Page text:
Addressing your last paragraph….I drive a “nice” car and wear fairly nice clothes (out in public, at home it’s a different story). But, just as I wouldn’t pay $350 for a meal to nourish my body, neither would I pay $100,000 for a car or $400 for, say, a white blouse. Some people happily pay those prices for those particular items; not I, not even if I had money coming out the wazoo. Who knows, maybe the day will come when those will be the going rates for cars, clothes, restaurant meals, etc. But right now, I know that I can find a satisfactory white blouse/a good, satisfying meal for much less than the previously stated prices. And no one has ever had to guilt me into eating Brussels sprouts; I’ve always done it willingly. Come to think of it, I don’t recall that anyone ever had to use that line about starving children in India on me.

    Since I haven’t set foot in The Mint, I can’t fairly comment on their meals. But I’d never call the meals I’ve had in (for example) McCrady’s “great”….regardless of their price. I guess it boils down to a person’s idea/opinion of what’s great and what’s not. I personally know people who, when they want a “great” meal, head to the Angus Barn. Yet these same people wouldn’t set foot in Fins, where I’ve always had meals ranging from very good to great. Although I can’t quote you, I believe you’ve stated in various places that you aren’t/haven’t been favorably impressed with Bloomsbury Bistro; I, on the other hand, have always been pleased with my meals there.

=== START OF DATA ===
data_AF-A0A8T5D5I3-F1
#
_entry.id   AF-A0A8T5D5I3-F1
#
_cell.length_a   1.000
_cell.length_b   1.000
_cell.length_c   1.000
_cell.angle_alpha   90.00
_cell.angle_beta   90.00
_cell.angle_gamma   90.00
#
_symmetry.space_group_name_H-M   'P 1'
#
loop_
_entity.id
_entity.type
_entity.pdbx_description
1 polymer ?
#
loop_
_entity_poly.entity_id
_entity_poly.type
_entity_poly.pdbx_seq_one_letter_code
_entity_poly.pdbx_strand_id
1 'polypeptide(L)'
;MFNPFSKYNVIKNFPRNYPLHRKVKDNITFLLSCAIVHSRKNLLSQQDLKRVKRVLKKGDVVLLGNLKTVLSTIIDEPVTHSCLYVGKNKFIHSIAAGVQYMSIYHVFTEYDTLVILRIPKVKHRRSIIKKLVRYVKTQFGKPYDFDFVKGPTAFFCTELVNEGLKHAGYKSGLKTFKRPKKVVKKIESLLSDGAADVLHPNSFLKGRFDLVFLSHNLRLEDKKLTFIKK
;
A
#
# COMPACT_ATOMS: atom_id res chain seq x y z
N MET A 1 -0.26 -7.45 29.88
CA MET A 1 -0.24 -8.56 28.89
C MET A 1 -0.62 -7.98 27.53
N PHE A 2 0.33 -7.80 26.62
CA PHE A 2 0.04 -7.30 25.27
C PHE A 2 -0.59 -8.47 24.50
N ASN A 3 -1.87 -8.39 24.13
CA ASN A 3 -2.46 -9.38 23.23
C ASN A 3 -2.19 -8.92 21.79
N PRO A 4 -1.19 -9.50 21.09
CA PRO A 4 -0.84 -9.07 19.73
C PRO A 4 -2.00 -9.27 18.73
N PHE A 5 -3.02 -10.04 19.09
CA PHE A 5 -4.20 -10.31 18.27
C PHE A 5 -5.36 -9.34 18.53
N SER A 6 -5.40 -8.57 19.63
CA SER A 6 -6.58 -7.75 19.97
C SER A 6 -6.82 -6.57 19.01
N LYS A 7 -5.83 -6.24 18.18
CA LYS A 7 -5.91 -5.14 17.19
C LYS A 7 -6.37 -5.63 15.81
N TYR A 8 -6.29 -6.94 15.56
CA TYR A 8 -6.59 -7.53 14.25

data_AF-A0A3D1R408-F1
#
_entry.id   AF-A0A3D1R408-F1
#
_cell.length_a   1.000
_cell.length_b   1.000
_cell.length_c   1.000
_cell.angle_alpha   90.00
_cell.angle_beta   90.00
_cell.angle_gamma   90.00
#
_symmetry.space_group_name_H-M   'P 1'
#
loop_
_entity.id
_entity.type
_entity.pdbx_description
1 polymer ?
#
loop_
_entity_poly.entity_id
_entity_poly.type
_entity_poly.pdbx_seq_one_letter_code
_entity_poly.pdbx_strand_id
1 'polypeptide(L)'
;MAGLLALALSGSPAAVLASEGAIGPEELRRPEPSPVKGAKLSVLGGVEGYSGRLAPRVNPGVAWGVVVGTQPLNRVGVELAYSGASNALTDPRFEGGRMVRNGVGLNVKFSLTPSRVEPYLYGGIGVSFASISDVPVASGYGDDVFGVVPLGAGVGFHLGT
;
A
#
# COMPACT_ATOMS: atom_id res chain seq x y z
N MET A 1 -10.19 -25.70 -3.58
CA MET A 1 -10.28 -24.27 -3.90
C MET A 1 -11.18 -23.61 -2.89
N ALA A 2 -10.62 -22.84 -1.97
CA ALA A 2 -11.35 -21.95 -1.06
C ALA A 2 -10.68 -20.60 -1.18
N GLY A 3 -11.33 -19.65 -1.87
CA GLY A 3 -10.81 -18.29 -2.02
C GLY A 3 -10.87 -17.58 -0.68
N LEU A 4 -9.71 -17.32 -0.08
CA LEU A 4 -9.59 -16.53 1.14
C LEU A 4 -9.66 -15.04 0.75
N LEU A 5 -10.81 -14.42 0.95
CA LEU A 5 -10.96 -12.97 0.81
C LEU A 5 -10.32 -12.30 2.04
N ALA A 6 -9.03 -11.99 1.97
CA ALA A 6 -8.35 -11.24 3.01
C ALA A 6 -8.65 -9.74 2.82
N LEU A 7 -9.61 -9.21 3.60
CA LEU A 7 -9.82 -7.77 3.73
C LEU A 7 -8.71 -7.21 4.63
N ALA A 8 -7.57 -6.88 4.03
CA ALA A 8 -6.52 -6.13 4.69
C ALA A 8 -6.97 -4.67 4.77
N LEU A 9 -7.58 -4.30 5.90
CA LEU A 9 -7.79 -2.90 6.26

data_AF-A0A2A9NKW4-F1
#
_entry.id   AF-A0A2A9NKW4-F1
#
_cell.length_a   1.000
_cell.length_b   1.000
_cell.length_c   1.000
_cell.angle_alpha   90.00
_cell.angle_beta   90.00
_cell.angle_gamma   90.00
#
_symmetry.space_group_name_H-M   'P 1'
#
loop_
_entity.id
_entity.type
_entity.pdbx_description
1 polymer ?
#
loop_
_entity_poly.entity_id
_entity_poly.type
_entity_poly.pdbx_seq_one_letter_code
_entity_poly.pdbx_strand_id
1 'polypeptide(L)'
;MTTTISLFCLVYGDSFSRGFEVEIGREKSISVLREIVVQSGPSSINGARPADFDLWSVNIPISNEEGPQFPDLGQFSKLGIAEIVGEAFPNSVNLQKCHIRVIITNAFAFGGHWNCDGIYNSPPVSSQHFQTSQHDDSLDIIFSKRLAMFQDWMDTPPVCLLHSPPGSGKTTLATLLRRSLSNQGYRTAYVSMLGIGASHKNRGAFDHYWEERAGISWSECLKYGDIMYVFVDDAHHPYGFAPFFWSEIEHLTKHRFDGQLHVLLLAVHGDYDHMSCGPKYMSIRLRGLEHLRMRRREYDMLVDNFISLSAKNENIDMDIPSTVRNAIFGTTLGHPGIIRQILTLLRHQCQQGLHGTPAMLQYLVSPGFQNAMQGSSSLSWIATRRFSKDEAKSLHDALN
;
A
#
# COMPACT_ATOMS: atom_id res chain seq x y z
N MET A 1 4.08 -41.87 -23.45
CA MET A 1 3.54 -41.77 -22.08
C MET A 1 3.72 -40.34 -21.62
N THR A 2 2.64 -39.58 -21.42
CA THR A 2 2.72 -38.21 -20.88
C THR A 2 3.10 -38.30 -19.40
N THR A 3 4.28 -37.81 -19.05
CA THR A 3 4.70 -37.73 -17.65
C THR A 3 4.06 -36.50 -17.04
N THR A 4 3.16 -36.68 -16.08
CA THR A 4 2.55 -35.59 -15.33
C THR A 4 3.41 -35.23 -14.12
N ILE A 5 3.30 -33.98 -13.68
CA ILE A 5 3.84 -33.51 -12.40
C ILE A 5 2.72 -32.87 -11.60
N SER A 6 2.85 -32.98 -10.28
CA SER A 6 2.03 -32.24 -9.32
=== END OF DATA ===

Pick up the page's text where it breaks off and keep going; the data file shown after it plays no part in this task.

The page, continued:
To each his own, right? If someone wants to pay big bucks for “froth” and flavor, fine; it wouldn’t be my choice.

  4. Joe says:

    Whassamatta, Varmint? Didn’t get enough controversy with the Greg Cox post? 😉

  5. Varmint says:

    I guess not.

    I’ve always had a problem with folks saying that they can’t justify paying a lot of money for food because of world hunger, but then they spend a lot of money on other luxuries. I’m not criticizing chall’s choices, as I don’t know what she drives or if she wears jewelry. But if you indulge in any luxury, then you shouldn’t be in a position to use the world hunger argument. I drive a Honda. Neither my wife nor I wear any jewelry other than our wedding bands and cheap Timex watches. I buy a lot of my clothes from Target (shhh, don’t tell). But I, like a lot of people, will spend some money on a meal from time to time, and that’s my luxury. Whether the food comes from a place like Alinea or a Michelin 3 star restaurant in France, they’re equally expensive and equally luxurious. But it’s my choice.

    But this discussion isn’t about personal choices, it’s about the use of molecular gastronomy in the Triangle. Even if that use is very, very limited.

  6. LB says:

    I think Ms. Weigl did a great job with the article. What a great introduction to “molecular gastronomy” for the Triangle! I wish the very best to the local chefs who are making use of these techniques, and I look forward to dining in their restaurants. The area needs this kind of culinary diversity.

    I only take issue with the way that McCrady’s is being lauded along with restaurants like Alinea, The Fat Duck, and el Bulli! Sorry but McCrady’s is nowhere near that level of cuisine!

  7. CHall says: